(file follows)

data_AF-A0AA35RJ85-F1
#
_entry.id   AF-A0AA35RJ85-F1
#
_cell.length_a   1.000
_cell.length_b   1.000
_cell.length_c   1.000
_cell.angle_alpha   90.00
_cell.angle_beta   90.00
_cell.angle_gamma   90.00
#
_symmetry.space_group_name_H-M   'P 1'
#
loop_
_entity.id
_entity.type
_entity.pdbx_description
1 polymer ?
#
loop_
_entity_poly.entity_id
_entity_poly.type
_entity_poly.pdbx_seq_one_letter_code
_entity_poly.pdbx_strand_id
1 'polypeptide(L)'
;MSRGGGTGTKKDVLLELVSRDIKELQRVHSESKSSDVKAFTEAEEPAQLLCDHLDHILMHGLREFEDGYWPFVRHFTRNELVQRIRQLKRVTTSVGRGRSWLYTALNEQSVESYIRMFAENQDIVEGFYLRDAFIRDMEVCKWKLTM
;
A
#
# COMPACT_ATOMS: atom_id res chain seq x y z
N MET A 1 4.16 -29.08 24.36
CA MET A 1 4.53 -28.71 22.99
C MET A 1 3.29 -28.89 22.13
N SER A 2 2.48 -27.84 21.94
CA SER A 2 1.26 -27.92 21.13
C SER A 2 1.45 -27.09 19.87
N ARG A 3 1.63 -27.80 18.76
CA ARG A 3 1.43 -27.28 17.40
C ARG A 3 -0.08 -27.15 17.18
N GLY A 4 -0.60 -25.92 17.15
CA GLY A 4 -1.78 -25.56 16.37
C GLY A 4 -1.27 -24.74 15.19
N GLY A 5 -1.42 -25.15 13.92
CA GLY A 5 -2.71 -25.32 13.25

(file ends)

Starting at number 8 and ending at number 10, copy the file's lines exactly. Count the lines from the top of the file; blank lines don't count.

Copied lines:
_cell.angle_alpha   90.00
_cell.angle_beta   90.00
_cell.angle_gamma   90.00